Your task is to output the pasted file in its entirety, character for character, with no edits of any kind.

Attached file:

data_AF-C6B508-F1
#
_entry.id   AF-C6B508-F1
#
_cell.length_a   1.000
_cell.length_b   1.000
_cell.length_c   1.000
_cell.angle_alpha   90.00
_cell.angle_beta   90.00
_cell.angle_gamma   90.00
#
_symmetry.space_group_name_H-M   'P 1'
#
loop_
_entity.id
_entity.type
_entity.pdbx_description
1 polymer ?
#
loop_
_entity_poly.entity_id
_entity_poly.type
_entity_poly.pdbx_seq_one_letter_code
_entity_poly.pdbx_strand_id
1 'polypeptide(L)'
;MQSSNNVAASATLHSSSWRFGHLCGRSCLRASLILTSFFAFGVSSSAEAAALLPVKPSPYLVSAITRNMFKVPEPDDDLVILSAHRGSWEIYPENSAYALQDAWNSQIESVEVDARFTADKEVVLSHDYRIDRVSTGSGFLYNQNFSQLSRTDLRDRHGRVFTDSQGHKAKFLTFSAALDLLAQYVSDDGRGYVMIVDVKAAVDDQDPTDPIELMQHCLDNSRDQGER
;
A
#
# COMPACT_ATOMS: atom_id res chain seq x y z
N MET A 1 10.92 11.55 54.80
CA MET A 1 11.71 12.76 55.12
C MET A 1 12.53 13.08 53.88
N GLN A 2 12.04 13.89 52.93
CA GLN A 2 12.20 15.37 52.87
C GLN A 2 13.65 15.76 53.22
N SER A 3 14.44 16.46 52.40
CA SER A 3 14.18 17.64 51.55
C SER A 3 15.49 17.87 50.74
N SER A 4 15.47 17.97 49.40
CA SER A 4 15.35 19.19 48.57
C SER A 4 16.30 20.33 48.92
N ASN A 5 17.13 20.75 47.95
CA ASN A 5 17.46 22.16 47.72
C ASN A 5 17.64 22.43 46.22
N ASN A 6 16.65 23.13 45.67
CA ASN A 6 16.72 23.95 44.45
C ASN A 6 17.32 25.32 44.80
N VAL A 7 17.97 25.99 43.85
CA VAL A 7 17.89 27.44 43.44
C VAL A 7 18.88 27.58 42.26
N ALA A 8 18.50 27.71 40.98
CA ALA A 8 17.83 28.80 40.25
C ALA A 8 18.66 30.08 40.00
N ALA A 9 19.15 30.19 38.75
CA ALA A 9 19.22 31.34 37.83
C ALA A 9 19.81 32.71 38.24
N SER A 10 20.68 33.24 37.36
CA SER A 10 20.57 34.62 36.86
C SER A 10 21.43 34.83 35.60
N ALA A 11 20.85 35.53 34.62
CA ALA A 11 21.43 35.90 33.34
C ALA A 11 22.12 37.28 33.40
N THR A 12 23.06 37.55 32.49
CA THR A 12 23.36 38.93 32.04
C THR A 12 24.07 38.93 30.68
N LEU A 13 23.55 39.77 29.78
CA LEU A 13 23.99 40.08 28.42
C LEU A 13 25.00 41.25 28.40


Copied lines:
data_AF-C6B508-F1
#
_entry.id   AF-C6B508-F1
#
_cell.length_a   1.000
_cell.length_b   1.000
_cell.length_c   1.000
_cell.angle_alpha   90.00
_cell.angle_beta   90.00
_cell.angle_gamma   90.00
#
_symmetry.space_group_name_H-M   'P 1'
#
loop_
_entity.id
_entity.type
_entity.pdbx_description
1 polymer ?
#
loop_
_entity_poly.entity_id
_entity_poly.type
_entity_poly.pdbx_seq_one_letter_code
_entity_poly.pdbx_strand_id
1 'polypeptide(L)'
;MQSSNNVAASATLHSSSWRFGHLCGRSCLRASLILTSFFAFGVSSSAEAAALLPVKPSPYLVSAITRNMFKVPEPDDDLVILSAHRGSWEIYPENSAYALQDAWNSQIESVEVDARFTADKEVVLSHDYRIDRVSTGSGFLYNQNFSQLSRTDLRDRHGRVFTDSQGHKAKFLTFSAALDLLAQYVSDDGRGYVMIVDVKAAVDDQDPTDPIELMQHCLDNSRDQGER
;
A
#
# COMPACT_ATOMS: atom_id res chain seq x y z
N MET A 1 10.92 11.55 54.80
CA MET A 1 11.71 12.76 55.12
C MET A 1 12.53 13.08 53.88
N GLN A 2 12.04 13.89 52.93
CA GLN A 2 12.20 15.37 52.87
C GLN A 2 13.65 15.76 53.22
N SER A 3 14.44 16.46 52.40
CA SER A 3 14.18 17.64 51.55
C SER A 3 15.49 17.87 50.74
N SER A 4 15.47 17.97 49.40
CA SER A 4 15.35 19.19 48.57
C SER A 4 16.30 20.33 48.92
N ASN A 5 17.13 20.75 47.95
CA ASN A 5 17.46 22.16 47.72
C ASN A 5 17.64 22.43 46.22
N ASN A 6 16.65 23.13 45.67
CA ASN A 6 16.72 23.95 44.45
C ASN A 6 17.32 25.32 44.80
N VAL A 7 17.97 25.99 43.85
CA VAL A 7 17.89 27.44 43.44
C VAL A 7 18.88 27.58 42.26
N ALA A 8 18.50 27.71 40.98
CA ALA A 8 17.83 28.80 40.25
C ALA A 8 18.66 30.08 40.00
N ALA A 9 19.15 30.19 38.75
CA ALA A 9 19.22 31.34 37.83
C ALA A 9 19.81 32.71 38.24
N SER A 10 20.68 33.24 37.36
CA SER A 10 20.57 34.62 36.86
C SER A 10 21.43 34.83 35.60
N ALA A 11 20.85 35.53 34.62
CA ALA A 11 21.43 35.90 33.34
C ALA A 11 22.12 37.28 33.40
N THR A 12 23.06 37.55 32.49
CA THR A 12 23.36 38.93 32.04
C THR A 12 24.07 38.93 30.68
N LEU A 13 23.55 39.77 29.78
CA LEU A 13 23.99 40.08 28.42
C LEU A 13 25.00 41.25 28.40